Boris Johnson must pump billions into 'new deal for kids' after Covid, warns children’s commissioner

BORIS Johnson must pump billions into "a new deal for kids" after Covid or risk a generation of failed and unhappy teens, the new children's commissioner has warned.

Piling pressure on the Treasury ahead of next month’s crunch spending review, Rachel de Souza said extra cash is needed for more one-on-one tutoring and extra-curricular activities.

Just days after Gavin Williamson was brutally sacked as Education Secretary, she begged his successor Nadhim Zahawi to put children at the heart of recovering from the pandemic.

She spoke out as she launched her landmark review, which asked over half a million kids to lay bare how coronavirus affected their lives.

Hailing their resilience, she said youngsters are "not the snowflake generation, not the lost generation" they have been branded, but "heroic" for enduring the pandemic.

The heartbreaking survey revealed that kids are desperate to go out into the real world more after months spent stuck in their bedrooms homeschooling on zoom.

While it also warned of a mental health ticking time bomb for girls, who are twice as likely to be unhappy as boys.

The study found that a staggering 40 per cent of girls aged 16 – 17 are unhappy.

Ms de Souza told The Sun: "They feel they are perceived as a snowflake generation, but they are saying, 'no we are not.'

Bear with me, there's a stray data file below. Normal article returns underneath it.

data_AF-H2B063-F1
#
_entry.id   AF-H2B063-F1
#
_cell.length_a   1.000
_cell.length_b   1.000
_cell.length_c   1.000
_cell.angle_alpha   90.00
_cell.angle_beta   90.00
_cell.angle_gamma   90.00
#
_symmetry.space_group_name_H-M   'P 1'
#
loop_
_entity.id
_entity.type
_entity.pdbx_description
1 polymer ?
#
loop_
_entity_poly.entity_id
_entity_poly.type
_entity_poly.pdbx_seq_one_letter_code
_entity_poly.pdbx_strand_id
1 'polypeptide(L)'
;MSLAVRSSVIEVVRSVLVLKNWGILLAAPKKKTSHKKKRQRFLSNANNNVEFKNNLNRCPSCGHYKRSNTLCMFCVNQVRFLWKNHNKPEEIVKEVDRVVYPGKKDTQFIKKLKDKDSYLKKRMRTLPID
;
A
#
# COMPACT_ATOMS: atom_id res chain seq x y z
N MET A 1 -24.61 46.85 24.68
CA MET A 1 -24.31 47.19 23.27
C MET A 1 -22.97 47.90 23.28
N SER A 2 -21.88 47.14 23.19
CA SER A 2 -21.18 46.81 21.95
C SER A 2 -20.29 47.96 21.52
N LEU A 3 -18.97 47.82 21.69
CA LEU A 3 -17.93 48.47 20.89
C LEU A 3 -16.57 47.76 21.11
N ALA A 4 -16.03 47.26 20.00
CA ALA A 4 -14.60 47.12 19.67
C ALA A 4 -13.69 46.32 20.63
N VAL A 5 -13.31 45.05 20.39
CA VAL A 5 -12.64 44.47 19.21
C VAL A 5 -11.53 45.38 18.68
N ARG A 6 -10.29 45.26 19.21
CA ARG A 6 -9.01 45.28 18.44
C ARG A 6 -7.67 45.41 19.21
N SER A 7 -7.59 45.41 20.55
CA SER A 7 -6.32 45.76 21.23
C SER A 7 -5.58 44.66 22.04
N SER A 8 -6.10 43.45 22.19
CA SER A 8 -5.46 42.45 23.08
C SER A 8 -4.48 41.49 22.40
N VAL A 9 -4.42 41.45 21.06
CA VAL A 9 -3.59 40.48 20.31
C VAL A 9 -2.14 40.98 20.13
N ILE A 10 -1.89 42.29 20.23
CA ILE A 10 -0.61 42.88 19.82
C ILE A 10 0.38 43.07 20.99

"They do care – about the environment, about fairness, about chances.

"But they've been through a major pandemic, the likes of which they will never see again, and we owe to them to support them, and help them build the futures they want."

The new children's Tsar called on ministers to roll out NHS mental health teams into schools as soon as possible to tackle the growing crisis.

And she urged work to "continue" on plans to extend the school day, increases in the pupil premium and more support for children on free school meals.

She also took a major swing at social media giants who have failed to protect teens, calling for age verification tools and more safeguards to keep kids safe online.

She fumed: "I don’t want boys and girls stumbling over porn they shouldn't be anywhere near seeing and getting strange perceptions.


"I want to see tech companies taking far more action, we must take the online world seriously.

"They need to step up and step up now – it's creating a completely unrealistic image for our young people… who don't feel good enough."

Last night Mr Zahawi promised to “listen” to young people, adding: "As we drive to level up opportunities across the country, we will continue prioritising young people’s wellbeing alongside academic success."

Earlier this year, Chancellor Rishi Sunak sparked uproar when he snubbed calls to pump £15billion into helping kids catch up after Covid.

Instead he forked out just £1.3bn, mainly for extra tutoring and promised to look at the case for more money this autumn.

He is currently considering a fresh request by the Education Department for billions more for catch up.

If he refuses again then it is unlikely they will ever get the money.

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